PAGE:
Challenge facing Arab streaming service which offers free silent films in sign language

Platform has reached 128,000 viewers from Egypt and other Arab countries but needs funding

The new service which launched in February offers silent films in sign language. Photo: Cinema Deaf
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For the hearing-impaired in Egypt, enjoying a film or TV series can be frustrating without the support of a translator, with captions and subtitles often failing to capture the full experience.

A streaming platform tailored for the deaf community is beginning to change that, but faces a challenge over lack of funding.

Cinema Deaf, which launched in February 2023, offers free access to award-winning short films from the Arab world that are translated into sign language. The initiative, the first in Egypt, was founded by film programmer and producer Waguih El Laqany in a bid to increase inclusion and accessibility.

The self-funded platform is designed by a team of deaf people along with interpreters and filmmakers. It was the brainchild of El Laqany, founder and director of Cinema Everywhere.

That project was established in 2013 under non-profit umbrella group Art Everywhere and aims to promote cinematic culture and build an audience for alternative Arab, European and American films among Egypt’s young people.

“From the start, the deaf community was one of the audiences that Cinema Everywhere wanted to target,” he told The National.

In 2013, Art Everywhere screened its first silent film, Away from the Heat, directed by Mina Nabil, at the Deaf Fraterna Connection Association, one of the oldest deaf associations in Alexandria. It was well received.

However, it was in 2020 that the idea of an online streaming platform for the deaf community was conceived after Cinema Everywhere organised the American Film Forum in collaboration with the US Embassy in Cairo to show American-produced alternative movies translated into sign language.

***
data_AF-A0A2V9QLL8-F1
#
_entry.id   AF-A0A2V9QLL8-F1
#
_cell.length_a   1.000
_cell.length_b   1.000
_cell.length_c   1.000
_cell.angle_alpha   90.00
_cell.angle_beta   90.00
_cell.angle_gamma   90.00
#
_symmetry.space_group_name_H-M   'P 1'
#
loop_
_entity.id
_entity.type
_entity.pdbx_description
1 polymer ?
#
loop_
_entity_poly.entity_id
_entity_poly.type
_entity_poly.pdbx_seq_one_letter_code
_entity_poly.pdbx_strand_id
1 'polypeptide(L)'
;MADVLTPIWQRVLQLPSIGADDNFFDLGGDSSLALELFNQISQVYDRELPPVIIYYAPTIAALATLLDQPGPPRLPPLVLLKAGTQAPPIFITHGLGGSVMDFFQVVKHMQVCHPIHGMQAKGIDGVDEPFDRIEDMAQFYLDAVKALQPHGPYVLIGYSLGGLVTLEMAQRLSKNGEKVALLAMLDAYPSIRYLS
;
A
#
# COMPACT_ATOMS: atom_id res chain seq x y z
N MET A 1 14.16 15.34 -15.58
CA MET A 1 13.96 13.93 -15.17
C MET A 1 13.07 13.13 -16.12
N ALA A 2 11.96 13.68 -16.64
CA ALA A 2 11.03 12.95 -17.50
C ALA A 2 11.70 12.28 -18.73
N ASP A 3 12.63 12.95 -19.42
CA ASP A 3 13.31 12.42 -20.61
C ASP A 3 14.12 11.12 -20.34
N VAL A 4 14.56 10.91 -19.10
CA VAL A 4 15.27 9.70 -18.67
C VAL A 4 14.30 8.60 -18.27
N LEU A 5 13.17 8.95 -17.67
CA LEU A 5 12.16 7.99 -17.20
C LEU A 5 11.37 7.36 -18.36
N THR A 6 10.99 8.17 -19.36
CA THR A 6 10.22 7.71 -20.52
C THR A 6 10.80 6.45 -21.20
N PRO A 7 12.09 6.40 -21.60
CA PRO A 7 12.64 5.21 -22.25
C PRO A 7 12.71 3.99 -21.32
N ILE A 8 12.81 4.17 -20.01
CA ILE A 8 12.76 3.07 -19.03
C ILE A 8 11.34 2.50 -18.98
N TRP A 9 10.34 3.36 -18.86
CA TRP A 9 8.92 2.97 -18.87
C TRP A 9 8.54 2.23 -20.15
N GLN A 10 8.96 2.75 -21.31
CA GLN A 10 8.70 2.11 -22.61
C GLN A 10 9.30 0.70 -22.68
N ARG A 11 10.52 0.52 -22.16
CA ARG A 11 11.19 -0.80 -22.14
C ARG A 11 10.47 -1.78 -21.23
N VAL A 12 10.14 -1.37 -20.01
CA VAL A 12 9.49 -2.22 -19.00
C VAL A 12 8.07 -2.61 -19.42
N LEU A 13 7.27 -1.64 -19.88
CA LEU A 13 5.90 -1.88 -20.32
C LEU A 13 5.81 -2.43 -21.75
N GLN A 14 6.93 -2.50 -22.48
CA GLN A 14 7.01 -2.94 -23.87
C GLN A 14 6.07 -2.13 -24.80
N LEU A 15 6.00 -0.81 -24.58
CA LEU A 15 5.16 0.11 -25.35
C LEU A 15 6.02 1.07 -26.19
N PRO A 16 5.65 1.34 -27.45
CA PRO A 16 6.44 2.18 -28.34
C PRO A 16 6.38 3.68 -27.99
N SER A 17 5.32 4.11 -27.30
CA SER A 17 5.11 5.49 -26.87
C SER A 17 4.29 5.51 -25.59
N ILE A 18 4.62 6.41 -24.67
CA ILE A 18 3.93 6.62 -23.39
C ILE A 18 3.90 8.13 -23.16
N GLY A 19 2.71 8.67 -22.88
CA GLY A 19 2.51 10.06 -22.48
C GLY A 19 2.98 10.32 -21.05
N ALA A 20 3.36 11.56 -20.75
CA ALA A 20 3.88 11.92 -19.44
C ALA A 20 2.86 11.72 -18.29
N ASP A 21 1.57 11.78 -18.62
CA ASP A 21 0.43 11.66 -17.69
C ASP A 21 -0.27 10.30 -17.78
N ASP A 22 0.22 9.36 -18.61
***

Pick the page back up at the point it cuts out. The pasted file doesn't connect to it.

“After the event, I was approached by a group of youths who asked if I could upload the films to YouTube so that others can watch them. I told them I did not have the copyrights to do so,” El Laqany explained.

“This is how the idea of Cinema Deaf came to be and was implemented in February 2023.”

Since its launch, the platform has reached 128,000 viewers from Egypt and other Arab countries.

Breaking the barrier

It has been reported that Egypt’s 4.2 million hearing-impaired people struggle with inclusivity and the support required to integrate them into society.

“Sign language is not used as a means of communication across Egyptian organisations and committees or by the media,” explained Nadia Abdallah, an interpreter and sign language coach at the Egyptian Association for Deaf Rights. “This completely isolates the deaf and hard-hearing community.”

That’s why El Laqany carefully selected Cinema Deaf’s team of three deaf members and three CODA interpreters fully fluent in sign language from childhood to draft the script and review the final translation.